It’s not as if this kind of thinking doesn’t have a biblical precedent. Look no further than Leviticus 26, subtitled “Blessings for Obedience, and Punishment for Disobedience”, to see where it comes from.  In an ancient world dominated by pagan religious practices shaped by the pursuit of the gods’ favor, God did this to show his people and the nations that he was the one true God. So when the prophet Elijah predicts that it won’t rain for three years, except by his word, it wasn’t to simply punish the people. It was to demonstrate that God was real and Baal was not (1st Kings 17.1-7), which is exactly what happened three years later on Mount Carmel (1st Kings 18.20-41).

Of course if we understand Jesus’ ministry in light of these things we understand that the New Covenant, established by Jesus’ death and resurrection, does not include the if you do this, then I will do this equation. Because Christ was obedient unto death, we have God’s favor. Because Christ was punished for our disobedience, God is with us. And because Christ, our mediator has ascended to the right hand of God, those of us who are being sanctified always have God with us (Hebrews 10.12-17). In other words we are blessed in good times, bad times, ugly times and everything in between.

So when Jesus says, “Blessed are the poor, for yours is the kingdom of heaven”, he’s saying God is with those who we assume according to Leviticus 26, he is not. When he says, “blessed are the hungry”, he is saying God is with those who we assume are cursed. In fact Jesus completely turns Leviticus 26 on its head, and he warns against assuming that just because things are going you’re way, [“Woe to you who are rich”, “Woe to you who are full now”, “Woe to you who laugh now”, “Woe to you, when all people speak well of you”] that you’re blessed and experiencing God’s blessing.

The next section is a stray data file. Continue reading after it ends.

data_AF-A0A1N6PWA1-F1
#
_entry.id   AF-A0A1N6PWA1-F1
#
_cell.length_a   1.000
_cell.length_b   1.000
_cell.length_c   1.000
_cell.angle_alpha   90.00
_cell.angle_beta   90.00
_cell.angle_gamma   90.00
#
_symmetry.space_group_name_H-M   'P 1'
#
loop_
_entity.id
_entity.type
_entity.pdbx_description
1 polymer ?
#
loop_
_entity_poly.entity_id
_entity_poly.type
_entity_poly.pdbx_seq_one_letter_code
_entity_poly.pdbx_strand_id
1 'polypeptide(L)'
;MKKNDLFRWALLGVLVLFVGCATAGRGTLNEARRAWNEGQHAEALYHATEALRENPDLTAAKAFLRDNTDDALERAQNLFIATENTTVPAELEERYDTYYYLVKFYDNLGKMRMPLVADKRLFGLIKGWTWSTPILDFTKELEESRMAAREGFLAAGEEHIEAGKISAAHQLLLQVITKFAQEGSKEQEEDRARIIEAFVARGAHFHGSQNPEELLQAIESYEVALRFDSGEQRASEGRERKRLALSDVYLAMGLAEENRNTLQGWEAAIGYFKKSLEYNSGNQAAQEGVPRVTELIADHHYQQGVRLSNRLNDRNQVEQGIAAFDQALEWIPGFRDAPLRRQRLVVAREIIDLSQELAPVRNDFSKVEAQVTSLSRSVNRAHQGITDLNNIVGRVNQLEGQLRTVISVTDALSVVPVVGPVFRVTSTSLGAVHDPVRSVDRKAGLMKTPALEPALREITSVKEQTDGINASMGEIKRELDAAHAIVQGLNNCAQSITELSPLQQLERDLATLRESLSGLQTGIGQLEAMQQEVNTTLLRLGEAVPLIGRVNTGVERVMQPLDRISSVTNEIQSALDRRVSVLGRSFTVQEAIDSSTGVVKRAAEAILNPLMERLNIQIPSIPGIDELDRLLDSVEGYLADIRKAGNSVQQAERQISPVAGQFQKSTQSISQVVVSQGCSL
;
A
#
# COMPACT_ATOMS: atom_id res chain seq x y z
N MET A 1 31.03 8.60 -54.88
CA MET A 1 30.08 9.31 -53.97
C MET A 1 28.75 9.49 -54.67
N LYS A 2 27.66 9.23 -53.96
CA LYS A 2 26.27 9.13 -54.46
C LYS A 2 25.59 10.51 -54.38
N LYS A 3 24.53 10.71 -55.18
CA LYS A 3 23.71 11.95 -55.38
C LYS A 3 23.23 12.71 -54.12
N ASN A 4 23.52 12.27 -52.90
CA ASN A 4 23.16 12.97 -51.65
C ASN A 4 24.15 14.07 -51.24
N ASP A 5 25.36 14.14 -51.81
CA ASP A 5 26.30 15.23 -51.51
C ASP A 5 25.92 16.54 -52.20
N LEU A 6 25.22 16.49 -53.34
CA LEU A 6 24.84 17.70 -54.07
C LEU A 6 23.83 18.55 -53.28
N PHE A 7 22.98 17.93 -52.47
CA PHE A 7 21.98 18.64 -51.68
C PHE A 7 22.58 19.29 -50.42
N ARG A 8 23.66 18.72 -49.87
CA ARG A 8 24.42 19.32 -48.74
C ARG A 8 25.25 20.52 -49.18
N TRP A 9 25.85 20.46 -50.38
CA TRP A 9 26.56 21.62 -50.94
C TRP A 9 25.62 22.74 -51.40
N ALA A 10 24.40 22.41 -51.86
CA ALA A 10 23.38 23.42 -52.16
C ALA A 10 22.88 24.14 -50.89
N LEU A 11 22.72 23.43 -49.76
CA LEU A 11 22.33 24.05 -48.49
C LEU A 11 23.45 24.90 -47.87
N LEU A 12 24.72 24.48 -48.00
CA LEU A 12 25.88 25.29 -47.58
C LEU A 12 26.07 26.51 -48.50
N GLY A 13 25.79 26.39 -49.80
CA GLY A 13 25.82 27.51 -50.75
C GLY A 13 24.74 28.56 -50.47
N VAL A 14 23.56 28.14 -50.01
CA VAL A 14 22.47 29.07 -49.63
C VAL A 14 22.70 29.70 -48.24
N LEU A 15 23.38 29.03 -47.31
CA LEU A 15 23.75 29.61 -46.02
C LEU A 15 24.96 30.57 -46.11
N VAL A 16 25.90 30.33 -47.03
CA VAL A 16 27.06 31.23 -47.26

I think this is important to know because there are still churches that preach Leviticus 26—at least the blessings part—so loudly people get the message without ever listening to a sermon. It is important to know because if life is really hard for you individually, it can be depressing to log on to Facebook and see what people are claiming as God’s blessing.. I think it is important because I know good Christian people who are growing angry with God, or walking away from him, because little if anything seems to be going their way. It is important because there is a growing movement of believe-ism claiming if you believe hard enough God will bless you so your life goes well and your dreams come true. Jesus is little more than a genie granting countless wishes and the Bible is the lamp. It is important because the truth of the matter is God’s blessing and favor is as simple as his presence. His presence and desire to be with us in good times, bad times, awful times, and everything in between… God is with us. When we understand that we don’t have to be the person in the poem Footprints who looks back and wonders why God abandoned them. When we understand that we may not even have to be carried at all because we know God is walking alongside of us always.

Connecting the Pieces of the Puzzle: A Cool Moment in Sunday School